When the Protestant faith spread through the region, Annecy was a centre of the Catholic counter-Reformation. The old Bishopric of Geneva was transferred to Annecy in 1535. Francois de Sales was a celebrated bishop of Annecy from 1602 to 1622.
At the time of the French Revolution, Annecy was conquered and became part of France. It was returned to the House of Savoy after the defeat of Napoleon (1815), then became part of France for good under Napoleon III in 1860.
One of the historic buildings in the centre of Annecy is the Palais de l'Isle. It is a Medieval building which dates from around 1325, and has served as a fortress, a prison, a courthouse, and a mint. Today, it houses a local history museum.
Parts of the Château d'Annecy (in particular la Tour de la Reine) date from the 1200s. The château was the home of the Counts of Geneva, and now houses l'Observatoire Régional des Lacs Alpins (Regional Observatory of Alpine Lakes).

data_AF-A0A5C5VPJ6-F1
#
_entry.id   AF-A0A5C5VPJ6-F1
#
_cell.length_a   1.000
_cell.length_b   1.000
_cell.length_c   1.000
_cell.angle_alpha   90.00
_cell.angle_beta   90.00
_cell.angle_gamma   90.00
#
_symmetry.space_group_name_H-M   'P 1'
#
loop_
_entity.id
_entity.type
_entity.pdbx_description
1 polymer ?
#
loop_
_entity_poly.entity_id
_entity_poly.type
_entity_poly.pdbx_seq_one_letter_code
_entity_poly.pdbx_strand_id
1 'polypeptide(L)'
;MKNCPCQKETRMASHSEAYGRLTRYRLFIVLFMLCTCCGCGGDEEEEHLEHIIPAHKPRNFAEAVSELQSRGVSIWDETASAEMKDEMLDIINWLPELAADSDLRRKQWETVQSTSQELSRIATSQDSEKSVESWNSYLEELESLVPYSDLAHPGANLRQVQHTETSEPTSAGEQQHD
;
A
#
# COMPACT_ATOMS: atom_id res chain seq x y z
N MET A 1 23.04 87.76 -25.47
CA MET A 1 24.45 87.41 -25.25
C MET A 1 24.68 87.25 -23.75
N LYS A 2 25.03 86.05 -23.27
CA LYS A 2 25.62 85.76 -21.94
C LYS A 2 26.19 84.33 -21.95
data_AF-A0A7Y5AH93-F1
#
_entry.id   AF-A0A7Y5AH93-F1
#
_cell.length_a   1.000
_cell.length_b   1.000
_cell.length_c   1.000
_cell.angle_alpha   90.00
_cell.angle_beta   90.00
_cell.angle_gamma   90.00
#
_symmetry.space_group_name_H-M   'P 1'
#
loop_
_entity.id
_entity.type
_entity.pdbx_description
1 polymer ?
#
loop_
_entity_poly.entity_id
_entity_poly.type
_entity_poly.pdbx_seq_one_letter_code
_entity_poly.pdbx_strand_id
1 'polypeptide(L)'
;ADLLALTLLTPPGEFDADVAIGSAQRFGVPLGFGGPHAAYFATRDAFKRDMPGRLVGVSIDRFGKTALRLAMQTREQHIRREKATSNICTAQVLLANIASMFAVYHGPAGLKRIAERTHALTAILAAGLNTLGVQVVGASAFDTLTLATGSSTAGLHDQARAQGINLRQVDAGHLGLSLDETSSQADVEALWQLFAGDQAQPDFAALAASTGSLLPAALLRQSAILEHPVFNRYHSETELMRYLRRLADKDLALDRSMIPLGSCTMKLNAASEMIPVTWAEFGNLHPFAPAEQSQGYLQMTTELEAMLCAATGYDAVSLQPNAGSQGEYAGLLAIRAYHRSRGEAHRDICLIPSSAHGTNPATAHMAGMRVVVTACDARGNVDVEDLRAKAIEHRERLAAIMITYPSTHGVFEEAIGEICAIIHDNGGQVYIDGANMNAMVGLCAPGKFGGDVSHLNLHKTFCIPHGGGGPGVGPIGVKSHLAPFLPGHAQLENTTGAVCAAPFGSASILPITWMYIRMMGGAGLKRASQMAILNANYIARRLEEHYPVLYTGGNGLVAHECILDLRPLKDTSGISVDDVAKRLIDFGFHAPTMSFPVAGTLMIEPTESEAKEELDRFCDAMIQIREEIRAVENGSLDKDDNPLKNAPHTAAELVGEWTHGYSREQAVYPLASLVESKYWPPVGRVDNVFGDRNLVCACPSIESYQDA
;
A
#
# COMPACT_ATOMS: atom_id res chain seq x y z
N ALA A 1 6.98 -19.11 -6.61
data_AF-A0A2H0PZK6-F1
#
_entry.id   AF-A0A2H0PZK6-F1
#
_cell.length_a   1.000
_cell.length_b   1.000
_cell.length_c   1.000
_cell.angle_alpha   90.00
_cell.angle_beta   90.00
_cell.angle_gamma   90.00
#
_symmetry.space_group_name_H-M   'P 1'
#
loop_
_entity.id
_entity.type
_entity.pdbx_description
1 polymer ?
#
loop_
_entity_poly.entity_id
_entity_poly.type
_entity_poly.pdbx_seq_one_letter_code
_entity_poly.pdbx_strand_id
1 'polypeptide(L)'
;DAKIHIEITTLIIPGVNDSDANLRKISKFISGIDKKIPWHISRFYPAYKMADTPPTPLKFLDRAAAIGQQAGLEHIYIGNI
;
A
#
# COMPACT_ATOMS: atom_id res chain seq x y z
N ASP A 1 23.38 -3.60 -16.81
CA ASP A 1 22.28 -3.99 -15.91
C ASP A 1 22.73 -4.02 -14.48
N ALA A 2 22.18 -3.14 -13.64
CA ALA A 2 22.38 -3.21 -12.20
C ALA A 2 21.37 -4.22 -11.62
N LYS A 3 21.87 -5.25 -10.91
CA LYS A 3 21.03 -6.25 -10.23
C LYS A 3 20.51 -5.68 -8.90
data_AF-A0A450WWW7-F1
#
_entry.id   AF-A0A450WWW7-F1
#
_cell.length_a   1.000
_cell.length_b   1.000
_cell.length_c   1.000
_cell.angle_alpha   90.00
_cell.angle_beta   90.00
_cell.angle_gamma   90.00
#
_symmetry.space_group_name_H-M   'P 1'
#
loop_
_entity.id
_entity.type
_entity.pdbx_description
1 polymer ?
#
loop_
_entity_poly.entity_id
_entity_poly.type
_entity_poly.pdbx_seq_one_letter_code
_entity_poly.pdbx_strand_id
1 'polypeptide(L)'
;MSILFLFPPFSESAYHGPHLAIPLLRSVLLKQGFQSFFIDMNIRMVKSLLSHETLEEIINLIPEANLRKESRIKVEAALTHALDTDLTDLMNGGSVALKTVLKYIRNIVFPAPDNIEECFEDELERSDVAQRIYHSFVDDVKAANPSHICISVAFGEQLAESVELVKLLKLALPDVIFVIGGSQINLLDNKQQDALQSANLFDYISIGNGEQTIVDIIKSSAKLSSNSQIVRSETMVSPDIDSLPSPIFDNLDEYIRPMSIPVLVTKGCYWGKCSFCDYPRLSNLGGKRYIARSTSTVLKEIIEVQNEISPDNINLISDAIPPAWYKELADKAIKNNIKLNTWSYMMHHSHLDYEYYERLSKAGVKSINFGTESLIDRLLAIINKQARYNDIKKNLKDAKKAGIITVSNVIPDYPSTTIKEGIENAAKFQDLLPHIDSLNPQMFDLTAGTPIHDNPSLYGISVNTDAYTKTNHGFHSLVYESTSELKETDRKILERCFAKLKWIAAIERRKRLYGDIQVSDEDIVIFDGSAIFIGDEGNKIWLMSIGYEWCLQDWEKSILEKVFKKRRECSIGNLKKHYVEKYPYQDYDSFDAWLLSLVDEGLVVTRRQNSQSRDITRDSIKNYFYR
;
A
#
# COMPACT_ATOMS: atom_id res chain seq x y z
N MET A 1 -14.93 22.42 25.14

In the 1800s, Annecy manufactured linen, glass, cutlery, and leather. Later, paper was also made here, there was a bell foundry at Annecy-le-Vieux, and Salomon skis had a factory near the lake.
Today, tourism and services are the largest part of the local economy.
Lake Annecy, by HedgehogCycling
Lake Annecy (le Lac d'Annecy, or 'le lac bleu') is 14.6km long, and has a circumference of around 38km. It's not the biggest lake in France, as it's smaller than the Lac du Bourget, but it's the most beautiful.
The lake formed about 30,000 years ago, at a time when great Alpine glaciers were melting.
The lake is supplied with water by seven streams, and by a powerful underwater spring called the Boubioz. Water runs out of the north end of the lake, into the Thiou, which becomes the Fier, which in turn flows into the Rhone. It takes 4 years for all the water in the lake to be replaced.
The average depth of Lake Annecy is 41.5m, and it's 81m down to the deepest point. The water temperature gets up to 22C in July.
The lake narrows to 800m between Talloires and Duingt. To the north of that point is what's known as the Grand Lac, which has shallower shores dotted with villages and vineyards; to the south is the Petit Lac, with steep, wooded slopes.